On 12 July 2010, the Hong Kong Government (HK
Government) published a public consultation paper to
solicit views on its proposals for the establishment of an
independent insurance authority (IIA). Following
the consultation in June this year, the HK Government released a
paper (Proposals), which sets out the
consultation's feedback and conclusions and the HK
Government's detailed proposals on the proposed establishment
of an IIA.
The insurance industry in Hong Kong is currently regulated by
the Officer of the Commissioner of Insurance
(OCI), which is a government department, and three
self-regulatory organisations (SROs) who perform
the supervisory role in respect of insurance intermediaries.
Insurance intermediary activities conducted by banks are regulated
by the Hong Kong Monetary Authority (HKMA).
To ensure consistency, the IIA shall be the sole authority to
regulate the insurance sector, which shall include all insurers,
insurance intermediaries and banks and their employees, and the
sole authority to stipulate conduct standards and prudential
regulatory requirements. The IIA would also be responsible, in
place of the three SROs, for the licensing and direct regulation of
insurance intermediaries, which should enhance public confidence
and align industry developments with international practices.
However, the HK Government has proposed, given the different
clientele and sale environment in banks, that the IIA work closely
with the HKMA in respect of the regulation of bancassurance
activities and that the IIA should delegate to the HKMA specified
powers to perform front-line regulatory functions, although
disciplinary powers would vest in the IIA.
In order to enhance the accountability of the IIA in the
exercise of its powers and to modernize the existing appeal
mechanism it is proposed to establish an independent insurance
appeals tribunal (Appeals Tribunal). The Appeals
Tribunal have jurisdiction to review all the IIA's decisions,
including all disciplinary decisions. As the IIA is to be a
statutory body subject to checks and balances, the HK Government
proposes to appoint a governing board (Board) of
those broadly representative of the IIA's key stakeholders and
equipped with knowledge of the industry. Industry advisory
committees are also intended to be set up to provide expert advice
and recommendations to the IIA and the Board in respect of non-life
and life insurance.
The HK Government intends the IIA to be self-funding, although
it will provide an initial HK$500 million lump-sum subsidiary on
the IIA's inception. The Proposals intend that the IIA shall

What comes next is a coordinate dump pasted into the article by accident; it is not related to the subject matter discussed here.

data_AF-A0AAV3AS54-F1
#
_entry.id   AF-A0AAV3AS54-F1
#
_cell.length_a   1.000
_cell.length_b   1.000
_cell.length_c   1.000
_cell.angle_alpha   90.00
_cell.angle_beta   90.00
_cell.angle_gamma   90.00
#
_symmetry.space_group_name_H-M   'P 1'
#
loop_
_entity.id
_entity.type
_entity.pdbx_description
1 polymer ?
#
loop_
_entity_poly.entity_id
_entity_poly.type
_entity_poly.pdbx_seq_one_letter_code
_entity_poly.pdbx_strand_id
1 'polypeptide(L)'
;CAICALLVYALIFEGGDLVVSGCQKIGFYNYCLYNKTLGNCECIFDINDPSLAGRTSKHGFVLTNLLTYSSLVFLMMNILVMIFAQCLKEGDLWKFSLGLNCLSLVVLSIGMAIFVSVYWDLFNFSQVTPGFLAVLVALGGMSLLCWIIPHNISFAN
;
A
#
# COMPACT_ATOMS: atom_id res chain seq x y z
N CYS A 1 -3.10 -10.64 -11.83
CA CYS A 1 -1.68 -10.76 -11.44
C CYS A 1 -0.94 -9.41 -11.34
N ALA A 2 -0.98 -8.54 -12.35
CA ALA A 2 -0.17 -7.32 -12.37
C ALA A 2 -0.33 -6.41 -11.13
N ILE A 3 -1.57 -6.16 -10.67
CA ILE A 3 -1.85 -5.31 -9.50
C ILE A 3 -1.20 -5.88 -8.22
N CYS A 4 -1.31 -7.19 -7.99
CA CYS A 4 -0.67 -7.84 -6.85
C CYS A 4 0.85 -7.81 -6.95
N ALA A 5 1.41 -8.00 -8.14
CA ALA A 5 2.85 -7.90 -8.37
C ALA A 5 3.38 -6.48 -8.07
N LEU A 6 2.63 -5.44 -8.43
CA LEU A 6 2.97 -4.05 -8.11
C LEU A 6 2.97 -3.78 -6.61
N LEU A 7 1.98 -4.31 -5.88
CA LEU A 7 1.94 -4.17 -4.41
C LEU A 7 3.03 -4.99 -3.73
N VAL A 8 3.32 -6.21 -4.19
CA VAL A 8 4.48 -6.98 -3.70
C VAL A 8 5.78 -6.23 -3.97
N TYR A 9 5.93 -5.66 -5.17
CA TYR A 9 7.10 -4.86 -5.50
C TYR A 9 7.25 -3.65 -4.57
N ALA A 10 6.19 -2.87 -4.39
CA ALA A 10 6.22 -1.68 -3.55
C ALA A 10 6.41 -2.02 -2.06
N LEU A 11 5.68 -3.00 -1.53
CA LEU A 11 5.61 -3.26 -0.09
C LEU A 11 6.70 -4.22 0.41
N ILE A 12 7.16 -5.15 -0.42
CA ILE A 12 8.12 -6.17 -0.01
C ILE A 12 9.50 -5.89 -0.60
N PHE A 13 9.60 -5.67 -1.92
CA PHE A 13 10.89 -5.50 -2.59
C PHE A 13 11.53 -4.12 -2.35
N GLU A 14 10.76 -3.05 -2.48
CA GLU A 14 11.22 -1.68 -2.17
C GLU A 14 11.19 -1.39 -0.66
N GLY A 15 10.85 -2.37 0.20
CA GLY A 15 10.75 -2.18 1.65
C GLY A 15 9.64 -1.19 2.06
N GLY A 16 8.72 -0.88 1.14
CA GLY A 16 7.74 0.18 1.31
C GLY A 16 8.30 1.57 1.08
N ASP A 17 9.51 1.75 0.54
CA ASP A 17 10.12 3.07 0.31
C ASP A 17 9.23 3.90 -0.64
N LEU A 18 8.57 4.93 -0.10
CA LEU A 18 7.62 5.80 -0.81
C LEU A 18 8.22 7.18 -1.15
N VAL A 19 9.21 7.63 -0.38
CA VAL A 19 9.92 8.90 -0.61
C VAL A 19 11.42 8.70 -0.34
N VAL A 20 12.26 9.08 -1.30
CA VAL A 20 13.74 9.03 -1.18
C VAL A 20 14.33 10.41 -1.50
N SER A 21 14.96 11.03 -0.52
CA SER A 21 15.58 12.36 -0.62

recover its costs by continuing the existing fees charged by the
OCI and charging a levy of 0.1% on non-life insurance policies with
annual premiums of at least HK$5 million and life insurance
policies with single or annualized premiums of at least
The next steps in respect of establishing the IIA, include
embarking on the next phase of engagement with the industry and
relevant stakeholders, with a view to refining the detailed
proposals for the drafting of legislation. The draft legislation is
expected to be ready early in 2012 for consultation with
stakeholders and the public.
It is important that insurers and insurance intermediaries are
aware of the proposed establishment of the IIA, although the nature
of insurance regulation in Hong Kong should not greatly change.
Insurance intermediaries, in particular, should keep abreast of
developments as, once the IIA is established, they shall no longer
be self-regulating under the SROs but will be directly licensed and
regulated by the IIA.
The content of this article is intended to provide a general
guide to the subject matter. Specialist advice should be sought
about your specific circumstances.
To print this article, all you need is to be registered on Mondaq.com.
Click to Login as an existing user or Register so you can print this article.
Life insurance has become virtually ubiquitous in wealth planning. It is flexible, can be adapted to a wide range of purposes, enjoys very favourable tax treatment in most if not all jurisdictions and is virtually universally recognised.
Bermuda is the first offshore jurisdiction to be granted ‘conditional qualified jurisdiction’ status by the National Association of Insurance Commissioners (NAIC), the US standard-setting and regulatory support organisation created and governed by the chief insurance regulators from each US State, the District of Columbia and five US territories.
As reported in our e-alert on 6 January 2012, the Court of First Instance in Hong Kong has handed down an important judgment that upholds the long established commercial practice of an insurance broker acting as agent for the insured and not as agent for the insurer.
Some comments from our readers… “The articles are extremely timely and highly applicable” “I often find critical information not available elsewhere” “As in-house counsel, Mondaq’s service is of great value”
Register for Access and our Free Biweekly Alert for
This service is completely free. Access 250,000 archived articles from 100+ countries and get a personalised email twice a week covering developments (and yes, our lawyers like to think you’ve read our Disclaimer).